The northwest Chinese city of Lanzhou has a serious water shortage problem. To address the issue, its urban planners have sketched out an ambitious plan to deliver water from Siberia’s Lake Baikal to the city along a 1,000-mile-long pipeline. Getting approval for the project will be a monumental challenge, but it may be a sign of things to come for other water-poor regions of the world.
As history has shown, China has a soft spot for mega projects, whether it be the construction of the Great Wall of China or the colossal Three Gorges Dam. The latest proposal, devised by the Lanzhou Urban and Rural Planning and Design Institute, calls for a similarly ambitious project, one connecting the southern tip of Lake Baikal in Siberia to the drought-stricken Gansu region in northwest China.
Lake Baikal is the largest freshwater lake in the world by volume, containing roughly 20 percent of the world’s unfrozen surface water. The pipeline would extend for 1,068 miles (1,720 km) along the Hexi Corridor, a desert region that runs between the Tibetan Plateau and the Gobi Desert. The pipeline would cut a swath straight through Mongolia.
The Lanzhou planners say the chronic water shortage is stunting the region, which experienced just 15 inches (380 mm) of rain last year.
“The pipeline will boost the utilization rate and business prospects of [Gansu province], improve the ecological environment of Northwest China, and promote Lanzhou’s economic growth,” the authors wrote in the proposal, titled “Vision for Urban Planning 2030.”
The proposal is calling attention to China’s ongoing water shortages. The country has 20 percent of the world’s population, but only 7 percent of its fresh water. Back in 2005, China’s former minister of water resources warned that many northern cities, including Lanzhou, would run out of water by 2020.
Unsurprisingly, the Lanzhou plan has been met with criticism. Some are questioning the feasibility of the plan, citing the tremendous costs involved, and the difficulties of coordinating the countries and local jurisdictions involved.
“To declare the global plans of the transfer of fresh water to China, without detailed calculations, is total folly,” noted environmentalist and economist Viktor Danilov-Danilyan told the Siberian Times. “It would require big funds and the price of the water will be very high. Almost certainly this project is simply unprofitable.”
That said, Russia may be willing to entertain the idea. A year ago, Russia’s agriculture minister proposed a similar pipeline between Kazakhstan and Xinjiang, saying it would only happen “under the condition of full compliance with the interests of Russia, including environmental.” The Russian petro-state—i.e. a country with an economy largely driven by its oil and gas interests—with its abundance of fresh water, may be willing to capitalize on its commodities even further, becoming the world’s first hydro-state.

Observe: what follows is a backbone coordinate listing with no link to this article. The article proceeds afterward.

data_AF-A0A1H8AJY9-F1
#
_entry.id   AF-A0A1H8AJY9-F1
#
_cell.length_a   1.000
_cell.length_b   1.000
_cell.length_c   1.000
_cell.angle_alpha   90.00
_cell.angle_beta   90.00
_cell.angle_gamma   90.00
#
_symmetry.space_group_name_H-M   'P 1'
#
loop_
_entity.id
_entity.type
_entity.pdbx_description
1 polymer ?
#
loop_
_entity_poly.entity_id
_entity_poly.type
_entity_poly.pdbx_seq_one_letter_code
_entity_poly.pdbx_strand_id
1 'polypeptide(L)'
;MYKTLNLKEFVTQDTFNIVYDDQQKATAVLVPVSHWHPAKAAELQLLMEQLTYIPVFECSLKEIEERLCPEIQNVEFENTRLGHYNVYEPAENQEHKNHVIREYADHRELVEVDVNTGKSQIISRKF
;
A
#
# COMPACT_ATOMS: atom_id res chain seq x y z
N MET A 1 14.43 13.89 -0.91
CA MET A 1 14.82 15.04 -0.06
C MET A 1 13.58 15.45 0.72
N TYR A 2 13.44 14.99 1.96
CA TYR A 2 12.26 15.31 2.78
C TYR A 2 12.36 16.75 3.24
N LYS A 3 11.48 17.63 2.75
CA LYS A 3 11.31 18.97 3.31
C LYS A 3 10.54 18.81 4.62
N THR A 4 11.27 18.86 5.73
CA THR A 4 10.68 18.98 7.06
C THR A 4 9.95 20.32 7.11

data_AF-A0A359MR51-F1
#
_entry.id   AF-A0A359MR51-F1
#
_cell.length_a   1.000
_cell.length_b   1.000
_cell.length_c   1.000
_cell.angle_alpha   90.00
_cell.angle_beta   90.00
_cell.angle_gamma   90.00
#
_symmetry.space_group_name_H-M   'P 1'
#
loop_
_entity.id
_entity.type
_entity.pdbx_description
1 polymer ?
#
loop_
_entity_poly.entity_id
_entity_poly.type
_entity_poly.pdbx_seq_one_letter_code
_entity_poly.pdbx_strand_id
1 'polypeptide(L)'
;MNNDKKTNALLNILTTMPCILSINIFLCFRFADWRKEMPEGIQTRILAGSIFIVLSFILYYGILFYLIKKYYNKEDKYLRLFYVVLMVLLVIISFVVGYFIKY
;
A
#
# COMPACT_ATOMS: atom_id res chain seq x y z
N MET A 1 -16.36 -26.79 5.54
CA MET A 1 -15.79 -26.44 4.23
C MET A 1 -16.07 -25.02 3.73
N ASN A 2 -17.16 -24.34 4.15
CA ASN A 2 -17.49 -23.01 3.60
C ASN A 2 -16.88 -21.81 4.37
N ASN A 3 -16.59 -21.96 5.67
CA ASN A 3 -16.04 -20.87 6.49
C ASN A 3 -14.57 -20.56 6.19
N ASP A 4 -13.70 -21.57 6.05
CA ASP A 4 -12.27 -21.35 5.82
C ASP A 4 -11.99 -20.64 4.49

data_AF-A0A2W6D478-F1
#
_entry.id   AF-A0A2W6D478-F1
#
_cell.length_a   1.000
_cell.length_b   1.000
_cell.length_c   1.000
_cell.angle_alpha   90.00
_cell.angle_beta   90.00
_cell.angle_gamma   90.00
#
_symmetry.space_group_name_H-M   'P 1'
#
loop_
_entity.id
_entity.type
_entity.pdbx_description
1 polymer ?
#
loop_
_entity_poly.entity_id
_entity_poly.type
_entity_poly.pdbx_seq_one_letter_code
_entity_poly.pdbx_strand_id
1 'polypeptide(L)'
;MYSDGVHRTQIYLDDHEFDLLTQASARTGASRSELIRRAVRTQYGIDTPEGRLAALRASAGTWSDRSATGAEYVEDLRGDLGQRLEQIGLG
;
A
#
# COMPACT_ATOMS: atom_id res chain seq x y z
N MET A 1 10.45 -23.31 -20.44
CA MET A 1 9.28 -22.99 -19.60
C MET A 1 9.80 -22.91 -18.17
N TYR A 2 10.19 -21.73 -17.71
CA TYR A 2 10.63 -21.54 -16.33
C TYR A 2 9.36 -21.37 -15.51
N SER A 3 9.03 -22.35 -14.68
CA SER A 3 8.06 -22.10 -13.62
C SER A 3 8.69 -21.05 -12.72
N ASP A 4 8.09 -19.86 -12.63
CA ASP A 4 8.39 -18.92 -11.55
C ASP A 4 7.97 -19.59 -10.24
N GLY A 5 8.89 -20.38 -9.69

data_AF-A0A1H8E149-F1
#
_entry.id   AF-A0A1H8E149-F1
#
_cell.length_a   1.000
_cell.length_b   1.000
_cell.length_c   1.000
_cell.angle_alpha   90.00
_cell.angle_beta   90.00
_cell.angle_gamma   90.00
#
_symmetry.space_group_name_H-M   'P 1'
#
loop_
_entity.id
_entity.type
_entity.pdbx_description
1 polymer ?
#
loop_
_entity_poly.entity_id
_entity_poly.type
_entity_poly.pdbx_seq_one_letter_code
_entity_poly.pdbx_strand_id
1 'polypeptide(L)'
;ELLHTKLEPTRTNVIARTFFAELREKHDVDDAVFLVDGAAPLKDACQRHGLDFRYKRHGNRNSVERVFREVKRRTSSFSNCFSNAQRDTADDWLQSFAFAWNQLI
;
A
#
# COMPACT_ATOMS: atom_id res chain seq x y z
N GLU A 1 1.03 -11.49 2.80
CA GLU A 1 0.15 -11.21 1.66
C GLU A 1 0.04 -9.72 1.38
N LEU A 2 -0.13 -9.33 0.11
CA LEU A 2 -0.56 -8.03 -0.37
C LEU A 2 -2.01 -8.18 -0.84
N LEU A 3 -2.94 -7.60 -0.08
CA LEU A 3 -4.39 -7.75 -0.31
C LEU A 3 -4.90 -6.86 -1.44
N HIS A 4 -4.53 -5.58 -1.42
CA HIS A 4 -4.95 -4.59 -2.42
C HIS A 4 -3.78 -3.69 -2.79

“Water is the same resource as oil, gas, gold, and sooner or later we will start to sell it,” noted Stepan Svartsev from Tomsk State University in the Guardian. “Our country has very large reserves and certain volumes could be sold.”
In addition to the political and diplomatic hurdles, there’s also the environment to consider. An environmental impact assessment would have to be conducted along the 1,000 mile corridor. The effects of the pipeline on Lake Baikal would also have to be addressed. This source of fresh water is a haven for 1,200 animal species and 600 types of plants, of which half are local to the region.
It’s also important to point out that Lake Baikal is already facing severe environmental problems. Once prized for its crystal clean water, scientists say its southern-most areas have become inundated with algae, making it unsafe to drink. Surface runoff of nutrients into the lake, plus warming conditions, are allowing the algae to thrive. Adding insult to injury, water levels have dropped in recent years, and residents near the lake have already been told to cut down on water usage.
Certinaly, it’ll be interesting to see how this story plays out. The proposal from Lanzhou may be rejected, but that doesn’t mean other pipeline plans won’t work out, both in China and abroad.
The United States and Canada should take notice, particularly considering water shortages down south—especially in California and Nevada—and the grim prospect of decades-long megadroughts. Eventually, the two countries may have to start negotiations about sharing water and building pipelines.
Or more practically, we should push for industrial-scale desalination. Approximately 97 percent of the world’s water is tied up in our oceans, but we can’t drink it. Should gains in solar power efficiency continue, we should start to see the first large-scale desalination plants appear by the 2030s.